Remembering Jim Henson – 30 Years Later

As a lifelong fan of Jim Henson, May 16th is a day that has always been etched into my brain, a day in which I very frequently remember why it’s so significant; it was the day that Jim Henson, creator of The Muppets, passed away in 1990. So why does this one man, so distant from me, and who died before I even walked the earth earn the ability to be remembered on the day he passed away? Jim once said that he hopes to “leave the world a little bit better than it was when I got here”, and as a beneficiary of the fruits of his labor – in making the world a little bit of a better place, it’s honestly pretty difficult to forget his legacy each year. 

What I believe is one of my earliest ‘Jim Henson’ memories was seeing Muppet-Vision 3D at Disney’s MGM Studios in 2004 and I recall being enamored by it. At the time, I knew of The Muppets, but in their shattered state of that era, and only just having been bought by Disney, it makes sense I wouldn’t have known much about the brand, despite also being familiar with some other Jim Henson brands, like Sesame Street. There, however, were the Muppets in this brilliant four-dimensional space that blew my mind and a show that still amazes me fourteen years later and an uncountable amount of viewings. From this moment, I was introduced to the brilliance of this multi-generational property and the ultimate brilliance of Jim Henson, something that I’m still such a great fan of. 

Henson perhaps fundamentally re-shaped the ways in which we perceive the world, and forever changed pop culture. Sesame Street forever paved the path to a brighter, kinder future, equipping generations with the tools they need to deal with difficult situations. The Muppet Show was a brilliant series that introduced audiences to a group of misfits who accept each other, despite their many differences, and instead unite in their similarities. Fraggle Rock promoted peace among one another, no matter how stark the differences between one another may be. Even his other-worldly projects, The Dark Crystal and Labyrinth reshaped fantasy and sci-fi for a new generation, finding appreciation and escapism and even paving the way for new stories and breakthroughs.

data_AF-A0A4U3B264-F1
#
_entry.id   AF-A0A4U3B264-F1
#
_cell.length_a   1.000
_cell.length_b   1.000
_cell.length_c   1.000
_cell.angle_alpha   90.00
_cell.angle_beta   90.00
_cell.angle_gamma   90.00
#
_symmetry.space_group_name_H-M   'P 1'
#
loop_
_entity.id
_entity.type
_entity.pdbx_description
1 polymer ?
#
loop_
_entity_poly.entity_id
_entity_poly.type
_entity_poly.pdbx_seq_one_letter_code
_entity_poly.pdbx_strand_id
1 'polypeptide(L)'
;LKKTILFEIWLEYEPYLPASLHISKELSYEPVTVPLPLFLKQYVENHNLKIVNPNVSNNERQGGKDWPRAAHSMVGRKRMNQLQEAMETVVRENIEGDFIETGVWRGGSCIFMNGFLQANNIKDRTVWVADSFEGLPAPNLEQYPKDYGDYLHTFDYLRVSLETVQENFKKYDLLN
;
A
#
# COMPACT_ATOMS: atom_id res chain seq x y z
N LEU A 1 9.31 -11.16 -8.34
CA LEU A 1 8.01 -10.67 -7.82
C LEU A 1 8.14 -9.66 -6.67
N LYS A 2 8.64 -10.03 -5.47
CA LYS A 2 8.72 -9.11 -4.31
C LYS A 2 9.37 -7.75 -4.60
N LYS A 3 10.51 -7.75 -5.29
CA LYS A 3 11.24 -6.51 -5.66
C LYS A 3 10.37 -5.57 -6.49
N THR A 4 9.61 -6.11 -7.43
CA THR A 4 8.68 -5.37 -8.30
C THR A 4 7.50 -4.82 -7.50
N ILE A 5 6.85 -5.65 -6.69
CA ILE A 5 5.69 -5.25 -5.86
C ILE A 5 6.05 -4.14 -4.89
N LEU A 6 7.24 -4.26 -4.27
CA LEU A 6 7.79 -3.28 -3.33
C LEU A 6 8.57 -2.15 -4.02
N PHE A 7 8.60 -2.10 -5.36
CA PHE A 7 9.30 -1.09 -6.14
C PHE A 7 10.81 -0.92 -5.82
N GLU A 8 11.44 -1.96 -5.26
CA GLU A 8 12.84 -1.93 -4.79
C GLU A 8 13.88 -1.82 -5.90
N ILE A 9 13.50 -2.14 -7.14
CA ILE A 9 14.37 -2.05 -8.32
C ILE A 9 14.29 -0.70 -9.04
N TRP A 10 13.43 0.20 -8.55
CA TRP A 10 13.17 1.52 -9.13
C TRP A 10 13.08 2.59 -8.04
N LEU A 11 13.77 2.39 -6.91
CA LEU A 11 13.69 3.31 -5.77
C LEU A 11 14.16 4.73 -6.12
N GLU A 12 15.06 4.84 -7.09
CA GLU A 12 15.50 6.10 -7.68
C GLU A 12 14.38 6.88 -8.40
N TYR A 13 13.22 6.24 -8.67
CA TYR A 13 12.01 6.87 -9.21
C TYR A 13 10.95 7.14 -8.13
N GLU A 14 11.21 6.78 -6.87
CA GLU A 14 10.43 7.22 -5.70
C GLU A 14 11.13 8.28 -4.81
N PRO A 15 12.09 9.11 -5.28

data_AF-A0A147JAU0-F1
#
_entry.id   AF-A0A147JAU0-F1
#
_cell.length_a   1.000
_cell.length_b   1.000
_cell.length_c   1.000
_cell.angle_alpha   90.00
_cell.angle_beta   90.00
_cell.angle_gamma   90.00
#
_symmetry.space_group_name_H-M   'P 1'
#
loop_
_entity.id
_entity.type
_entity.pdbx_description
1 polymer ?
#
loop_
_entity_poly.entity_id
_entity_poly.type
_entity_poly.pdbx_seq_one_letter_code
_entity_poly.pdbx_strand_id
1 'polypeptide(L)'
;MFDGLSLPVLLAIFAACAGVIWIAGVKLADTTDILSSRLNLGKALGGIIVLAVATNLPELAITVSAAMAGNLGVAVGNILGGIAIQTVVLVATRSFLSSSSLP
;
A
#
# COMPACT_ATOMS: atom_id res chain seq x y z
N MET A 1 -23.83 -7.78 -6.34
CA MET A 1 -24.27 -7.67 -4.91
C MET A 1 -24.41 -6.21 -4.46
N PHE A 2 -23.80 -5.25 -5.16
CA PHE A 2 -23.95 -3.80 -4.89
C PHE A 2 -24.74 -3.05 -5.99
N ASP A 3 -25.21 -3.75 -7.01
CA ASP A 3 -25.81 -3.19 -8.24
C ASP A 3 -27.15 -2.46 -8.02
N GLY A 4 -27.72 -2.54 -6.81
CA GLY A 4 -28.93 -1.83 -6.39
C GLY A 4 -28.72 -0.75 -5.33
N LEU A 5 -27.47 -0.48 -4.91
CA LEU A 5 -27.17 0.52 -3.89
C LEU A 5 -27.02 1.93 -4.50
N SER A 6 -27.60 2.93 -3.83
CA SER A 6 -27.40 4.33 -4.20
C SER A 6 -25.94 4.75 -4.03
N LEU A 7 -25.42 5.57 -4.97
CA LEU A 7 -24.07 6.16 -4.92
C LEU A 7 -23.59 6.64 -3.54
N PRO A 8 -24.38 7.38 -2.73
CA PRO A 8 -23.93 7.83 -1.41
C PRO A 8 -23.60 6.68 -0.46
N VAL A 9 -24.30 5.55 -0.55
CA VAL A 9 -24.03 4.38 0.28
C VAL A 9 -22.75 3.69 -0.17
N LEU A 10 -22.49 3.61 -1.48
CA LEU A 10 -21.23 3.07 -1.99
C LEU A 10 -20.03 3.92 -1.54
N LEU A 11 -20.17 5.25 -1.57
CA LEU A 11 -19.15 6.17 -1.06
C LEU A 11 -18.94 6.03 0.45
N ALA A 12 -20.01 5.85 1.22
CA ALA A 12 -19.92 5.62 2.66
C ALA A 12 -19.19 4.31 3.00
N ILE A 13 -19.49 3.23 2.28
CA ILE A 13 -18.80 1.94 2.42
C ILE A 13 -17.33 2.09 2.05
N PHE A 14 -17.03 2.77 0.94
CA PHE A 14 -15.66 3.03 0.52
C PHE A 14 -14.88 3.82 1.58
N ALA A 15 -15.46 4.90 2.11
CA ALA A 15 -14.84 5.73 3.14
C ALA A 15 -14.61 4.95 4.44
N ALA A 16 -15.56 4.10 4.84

While I didn’t know it at the time, I feel that finding this deep fascination and love for the Muppet brands and all things Henson only made sense. Henson’s work often itched a certain area of his own interests, pushing the boundaries of what puppetry and cinema could accomplish. Most importantly, however, he always sought to create something meaningful and often profound, like his popular 1980s television series, Fraggle Rock, his very ambitious attempt to create something that will “stop wars”. Henson projects not only tug at the heartstrings of its audiences, but they inspire them to do better and be better. The group of weirdos and outcasts who find a home with each other in their attempt to follow their dreams and sing, dance, and make people happy resonated with so many. I don’t think it’s any accident that these brilliant characters live on today, and will continue to. 

This is naturally what I think of every time May 16th rolls around and I think back to the wonderful legacy of these characters that now span three different companies, and wonder where they may go next. With especially curious thoughts on this year most of all, I can’t help but appreciate the amazing legacy of this man and his creation thirty years after his death and only hope that these characters will inspire, entertain, and educate generations to come. As Kermit says in The Muppet Movie, “I’ve found a whole bunch of friends who have the same dream as me…and that kind of makes us like a family”. Thanks for entertaining and uniting us all these years, Jim. 

For extra measure, if you needed a good cry today; here’s a video of Jim Henson’s funeral procession, featuring performances by the Muppets bidding farewell to their noble creator.